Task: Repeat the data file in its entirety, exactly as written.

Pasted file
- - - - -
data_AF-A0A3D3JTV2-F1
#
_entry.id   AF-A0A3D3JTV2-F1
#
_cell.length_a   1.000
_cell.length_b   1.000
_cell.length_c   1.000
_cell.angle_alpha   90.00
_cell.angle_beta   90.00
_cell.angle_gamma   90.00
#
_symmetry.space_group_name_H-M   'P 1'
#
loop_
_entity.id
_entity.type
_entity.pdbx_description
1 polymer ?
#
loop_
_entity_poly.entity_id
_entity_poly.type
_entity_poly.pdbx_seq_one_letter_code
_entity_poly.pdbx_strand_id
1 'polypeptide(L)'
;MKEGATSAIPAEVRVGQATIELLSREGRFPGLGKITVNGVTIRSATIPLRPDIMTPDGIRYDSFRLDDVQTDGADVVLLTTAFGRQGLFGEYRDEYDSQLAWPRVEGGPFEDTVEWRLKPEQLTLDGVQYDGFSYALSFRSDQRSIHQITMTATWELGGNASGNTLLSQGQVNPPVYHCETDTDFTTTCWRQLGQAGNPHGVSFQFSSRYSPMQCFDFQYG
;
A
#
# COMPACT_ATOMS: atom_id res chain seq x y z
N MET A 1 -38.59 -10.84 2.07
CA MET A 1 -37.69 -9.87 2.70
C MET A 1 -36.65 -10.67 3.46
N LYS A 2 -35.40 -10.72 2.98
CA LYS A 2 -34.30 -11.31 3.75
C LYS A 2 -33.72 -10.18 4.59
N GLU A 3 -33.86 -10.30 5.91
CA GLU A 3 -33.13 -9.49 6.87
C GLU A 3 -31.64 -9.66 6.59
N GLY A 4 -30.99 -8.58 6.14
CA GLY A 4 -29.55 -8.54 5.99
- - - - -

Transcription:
data_AF-A0A3D3JTV2-F1
#
_entry.id   AF-A0A3D3JTV2-F1
#
_cell.length_a   1.000
_cell.length_b   1.000
_cell.length_c   1.000
_cell.angle_alpha   90.00
_cell.angle_beta   90.00
_cell.angle_gamma   90.00
#
_symmetry.space_group_name_H-M   'P 1'
#
loop_
_entity.id
_entity.type
_entity.pdbx_description
1 polymer ?
#
loop_
_entity_poly.entity_id
_entity_poly.type
_entity_poly.pdbx_seq_one_letter_code
_entity_poly.pdbx_strand_id
1 'polypeptide(L)'
;MKEGATSAIPAEVRVGQATIELLSREGRFPGLGKITVNGVTIRSATIPLRPDIMTPDGIRYDSFRLDDVQTDGADVVLLTTAFGRQGLFGEYRDEYDSQLAWPRVEGGPFEDTVEWRLKPEQLTLDGVQYDGFSYALSFRSDQRSIHQITMTATWELGGNASGNTLLSQGQVNPPVYHCETDTDFTTTCWRQLGQAGNPHGVSFQFSSRYSPMQCFDFQYG
;
A
#
# COMPACT_ATOMS: atom_id res chain seq x y z
N MET A 1 -38.59 -10.84 2.07
CA MET A 1 -37.69 -9.87 2.70
C MET A 1 -36.65 -10.67 3.46
N LYS A 2 -35.40 -10.72 2.98
CA LYS A 2 -34.30 -11.31 3.75
C LYS A 2 -33.72 -10.18 4.59
N GLU A 3 -33.86 -10.30 5.91
CA GLU A 3 -33.13 -9.49 6.87
C GLU A 3 -31.64 -9.66 6.59
N GLY A 4 -30.99 -8.58 6.14
CA GLY A 4 -29.55 -8.54 5.99